The first of the St. Louis Cardinals' so-called unsignable draft picks has agreed to terms.
Chad Hutchinson, a right-handed pitcher from Stanford, fell to the second round of the June 2 amateur draft because teams were concerned they'd have a tough time getting him in the fold.
First, he was a two-year starter at quarterback for Stanford and had NFL aspirations, and second, his agent is Scott Boras, a notoriously tough negotiator.
So tough that Hutchinson, who the Cardinals would have taken with the fifth pick overall had J.D. Drew not been available, was still around for the 48th selection of the second round. Hutchinson was a first-round pick of the Atlanta Braves in 1995 and decided to go to college instead.
But it took them only three weeks to sign him to a $3.5 million package that includes a $2.4 million signing bonus and $1.1 million for a four-year guaranteed contract. That leaves the Cardinals with the rest of the summer to concentrate on Drew, another Boras client.
"We're in the talent business, and we've got to try to do the best we can to acquire talent," general manager Walt Jocketty said. "You've got to roll the dice once in a while.
"We had a lot to sell and we were convincing."
Jocketty said Drew's name did not come up during negotiations. Drew sat out all of last season holding out for a $10 million bonus that he didn't get from the Philadelphia Phillies, and re-entered the draft.
"We tried to separate the negotiations," Jocketty said. ``We targeted Hutchinson first, because I felt all along he was a guy we could sign if we approached him the right way."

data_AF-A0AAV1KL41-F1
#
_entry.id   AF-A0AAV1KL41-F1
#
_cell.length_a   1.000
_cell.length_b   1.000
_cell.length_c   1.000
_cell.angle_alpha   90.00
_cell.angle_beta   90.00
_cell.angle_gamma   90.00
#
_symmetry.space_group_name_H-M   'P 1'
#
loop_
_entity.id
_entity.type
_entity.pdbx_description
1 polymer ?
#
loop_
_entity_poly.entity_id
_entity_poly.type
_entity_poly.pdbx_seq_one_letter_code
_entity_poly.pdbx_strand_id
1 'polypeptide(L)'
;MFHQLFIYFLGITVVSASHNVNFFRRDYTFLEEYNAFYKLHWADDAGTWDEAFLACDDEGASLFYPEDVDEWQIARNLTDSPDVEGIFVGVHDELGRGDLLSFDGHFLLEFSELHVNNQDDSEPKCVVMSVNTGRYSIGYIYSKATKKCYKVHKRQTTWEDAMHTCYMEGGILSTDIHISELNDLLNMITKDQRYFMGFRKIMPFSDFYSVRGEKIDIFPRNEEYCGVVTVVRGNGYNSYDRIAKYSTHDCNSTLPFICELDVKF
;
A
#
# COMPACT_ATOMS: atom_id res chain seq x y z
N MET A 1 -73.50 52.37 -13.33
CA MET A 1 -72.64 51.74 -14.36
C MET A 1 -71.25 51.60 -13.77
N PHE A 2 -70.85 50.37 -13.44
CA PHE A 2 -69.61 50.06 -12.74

Boras said Drew was offered an $11.5 million, four-year deal by one team before the draft, and that four other teams had no problem paying that amount.
"We're continuing to talk," Boras said. ``It's dependent on principles. It's really up to St. Louis to determine if J.D. is worth that amount to them."
Now that they've got Hutchinson, Jocketty said the Cardinals don't have to sign Drew to have a successful draft.
"IF WE DON'T sign Drew, we've still got a irst-round pick," he said. ``If we sign Drew, we've got two, so that's pretty exciting."
Jocketty saw Drew playing for St. Paul, Minn., in the independent Northern League last week, but doesn't plan on making another trip there soon.
"We've done all we can do with him, and I think it's just a matter of negotiating with his representative," Jocketty said. "They're holding pretty firm, but we'll keep working at it."
Hutchinson, 21, has a 97 mph fastball and struck out 115 in 99 1-3 innings as a junior at Stanford. Ed Creech, the Cardinals' scouting director, estimated his staff has seen Hutchinson pitch 25-30 times the last three years.
The Cardinals believe Hutchinson could be ready for the starting rotation as early as next season, and Creech said cutting football out of the equation will only speed up his timetable. After taking a physical and spending a few days with pitching coach Dave Duncan next week in St. Louis, the Cardinals are shipping Hutchinson to Class A New Jersey.
"What's going to help him is just being able to pitch more," Creech said. "This guy is going to have a whole year of doing nothing but baseball, and I think it's going to help him."
Stanford began a summer football program on Tuesday, hours after the parties wrapped up late-night negotiations at 2:30 a.m.
"We felt the longer he was involved in football, the harder it would be for him to say no to football," Jocketty said.
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